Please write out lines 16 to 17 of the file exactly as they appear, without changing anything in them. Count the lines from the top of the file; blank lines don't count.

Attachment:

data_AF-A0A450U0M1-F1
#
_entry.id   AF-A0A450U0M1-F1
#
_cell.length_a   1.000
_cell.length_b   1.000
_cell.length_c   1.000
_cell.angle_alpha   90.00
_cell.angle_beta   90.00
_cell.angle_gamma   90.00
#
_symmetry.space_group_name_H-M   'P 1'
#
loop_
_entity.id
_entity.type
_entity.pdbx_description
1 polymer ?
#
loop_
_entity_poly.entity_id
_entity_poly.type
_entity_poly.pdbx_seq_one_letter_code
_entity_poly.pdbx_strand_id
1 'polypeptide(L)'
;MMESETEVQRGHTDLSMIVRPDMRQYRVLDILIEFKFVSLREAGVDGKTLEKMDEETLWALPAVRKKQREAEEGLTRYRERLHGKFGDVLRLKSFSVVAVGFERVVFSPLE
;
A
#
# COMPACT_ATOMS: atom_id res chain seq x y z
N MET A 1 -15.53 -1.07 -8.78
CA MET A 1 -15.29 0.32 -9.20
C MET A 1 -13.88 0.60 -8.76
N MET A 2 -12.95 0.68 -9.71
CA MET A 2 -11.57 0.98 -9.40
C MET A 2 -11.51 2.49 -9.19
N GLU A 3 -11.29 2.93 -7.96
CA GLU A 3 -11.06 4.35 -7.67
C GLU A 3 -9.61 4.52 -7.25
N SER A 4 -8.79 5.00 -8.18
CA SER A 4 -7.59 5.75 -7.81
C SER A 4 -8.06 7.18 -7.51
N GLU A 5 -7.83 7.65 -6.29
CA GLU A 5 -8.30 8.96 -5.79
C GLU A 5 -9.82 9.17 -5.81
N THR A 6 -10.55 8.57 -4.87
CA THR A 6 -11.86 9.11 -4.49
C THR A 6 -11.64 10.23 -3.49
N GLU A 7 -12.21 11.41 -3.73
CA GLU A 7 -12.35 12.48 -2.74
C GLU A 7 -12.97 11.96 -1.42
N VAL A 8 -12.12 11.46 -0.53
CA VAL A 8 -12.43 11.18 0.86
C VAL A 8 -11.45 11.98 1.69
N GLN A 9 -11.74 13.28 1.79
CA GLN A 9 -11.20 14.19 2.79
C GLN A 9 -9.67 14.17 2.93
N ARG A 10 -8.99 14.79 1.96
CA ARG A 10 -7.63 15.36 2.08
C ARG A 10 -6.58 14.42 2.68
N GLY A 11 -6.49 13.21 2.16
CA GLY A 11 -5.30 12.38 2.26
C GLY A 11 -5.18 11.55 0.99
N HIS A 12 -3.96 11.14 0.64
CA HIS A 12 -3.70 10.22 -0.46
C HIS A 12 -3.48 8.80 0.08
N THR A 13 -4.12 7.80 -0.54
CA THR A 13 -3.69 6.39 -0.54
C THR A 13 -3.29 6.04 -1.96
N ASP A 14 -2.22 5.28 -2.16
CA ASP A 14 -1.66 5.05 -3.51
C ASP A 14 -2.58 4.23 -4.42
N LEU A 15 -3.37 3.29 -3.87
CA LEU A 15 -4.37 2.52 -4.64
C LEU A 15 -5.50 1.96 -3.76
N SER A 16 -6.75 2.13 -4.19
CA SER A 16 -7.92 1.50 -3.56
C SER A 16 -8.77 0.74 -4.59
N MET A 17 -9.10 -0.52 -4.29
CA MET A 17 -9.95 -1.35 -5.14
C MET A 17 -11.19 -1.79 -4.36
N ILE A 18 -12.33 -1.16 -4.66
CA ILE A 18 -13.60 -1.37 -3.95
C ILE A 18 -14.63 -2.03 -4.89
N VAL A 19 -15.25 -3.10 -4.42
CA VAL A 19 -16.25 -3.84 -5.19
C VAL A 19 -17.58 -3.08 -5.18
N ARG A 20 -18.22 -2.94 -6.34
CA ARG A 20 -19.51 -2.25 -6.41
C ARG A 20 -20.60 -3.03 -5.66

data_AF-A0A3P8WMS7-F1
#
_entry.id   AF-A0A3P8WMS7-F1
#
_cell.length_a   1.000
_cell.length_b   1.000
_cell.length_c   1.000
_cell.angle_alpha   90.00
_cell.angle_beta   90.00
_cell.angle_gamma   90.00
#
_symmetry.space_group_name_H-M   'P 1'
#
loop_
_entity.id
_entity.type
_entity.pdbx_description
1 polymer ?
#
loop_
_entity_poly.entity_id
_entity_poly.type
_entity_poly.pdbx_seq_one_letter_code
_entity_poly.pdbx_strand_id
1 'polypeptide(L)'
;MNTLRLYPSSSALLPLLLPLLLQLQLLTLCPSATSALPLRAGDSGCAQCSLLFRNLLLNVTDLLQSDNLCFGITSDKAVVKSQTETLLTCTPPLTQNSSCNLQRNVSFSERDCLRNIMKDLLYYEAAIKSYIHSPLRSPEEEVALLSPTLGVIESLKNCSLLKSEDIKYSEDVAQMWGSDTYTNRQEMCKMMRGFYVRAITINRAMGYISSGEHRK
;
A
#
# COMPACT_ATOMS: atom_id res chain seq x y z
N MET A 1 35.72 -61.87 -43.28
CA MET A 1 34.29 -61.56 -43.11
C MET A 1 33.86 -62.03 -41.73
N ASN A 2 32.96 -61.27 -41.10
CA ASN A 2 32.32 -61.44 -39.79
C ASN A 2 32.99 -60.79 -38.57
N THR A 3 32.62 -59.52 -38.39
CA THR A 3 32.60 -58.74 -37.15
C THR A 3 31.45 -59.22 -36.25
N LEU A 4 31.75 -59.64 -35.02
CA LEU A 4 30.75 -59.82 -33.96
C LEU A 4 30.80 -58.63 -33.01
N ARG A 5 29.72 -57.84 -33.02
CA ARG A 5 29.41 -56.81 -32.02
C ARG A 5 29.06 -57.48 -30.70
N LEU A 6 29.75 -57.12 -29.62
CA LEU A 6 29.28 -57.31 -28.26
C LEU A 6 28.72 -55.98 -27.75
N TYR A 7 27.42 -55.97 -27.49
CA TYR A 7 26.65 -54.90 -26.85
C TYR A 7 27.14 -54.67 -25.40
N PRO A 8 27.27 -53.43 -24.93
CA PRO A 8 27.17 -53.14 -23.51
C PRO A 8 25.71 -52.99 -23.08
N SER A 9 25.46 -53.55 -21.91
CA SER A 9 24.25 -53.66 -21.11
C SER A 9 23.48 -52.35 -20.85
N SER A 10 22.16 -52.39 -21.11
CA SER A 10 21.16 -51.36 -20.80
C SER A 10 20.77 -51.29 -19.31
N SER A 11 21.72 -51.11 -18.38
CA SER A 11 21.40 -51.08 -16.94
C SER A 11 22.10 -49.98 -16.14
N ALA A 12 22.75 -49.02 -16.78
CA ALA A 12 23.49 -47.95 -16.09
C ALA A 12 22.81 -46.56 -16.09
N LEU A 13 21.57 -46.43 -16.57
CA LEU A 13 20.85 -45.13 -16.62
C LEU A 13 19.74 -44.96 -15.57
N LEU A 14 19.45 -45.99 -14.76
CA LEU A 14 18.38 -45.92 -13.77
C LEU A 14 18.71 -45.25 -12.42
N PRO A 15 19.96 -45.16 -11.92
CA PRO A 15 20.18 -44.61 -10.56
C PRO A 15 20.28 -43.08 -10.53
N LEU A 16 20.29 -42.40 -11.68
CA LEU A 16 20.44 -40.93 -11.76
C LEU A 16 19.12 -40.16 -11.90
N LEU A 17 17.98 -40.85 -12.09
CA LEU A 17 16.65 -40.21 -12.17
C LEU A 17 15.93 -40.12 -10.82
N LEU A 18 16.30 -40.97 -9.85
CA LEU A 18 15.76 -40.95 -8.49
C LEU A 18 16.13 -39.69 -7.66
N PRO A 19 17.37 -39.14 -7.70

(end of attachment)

_entity.type
_entity.pdbx_description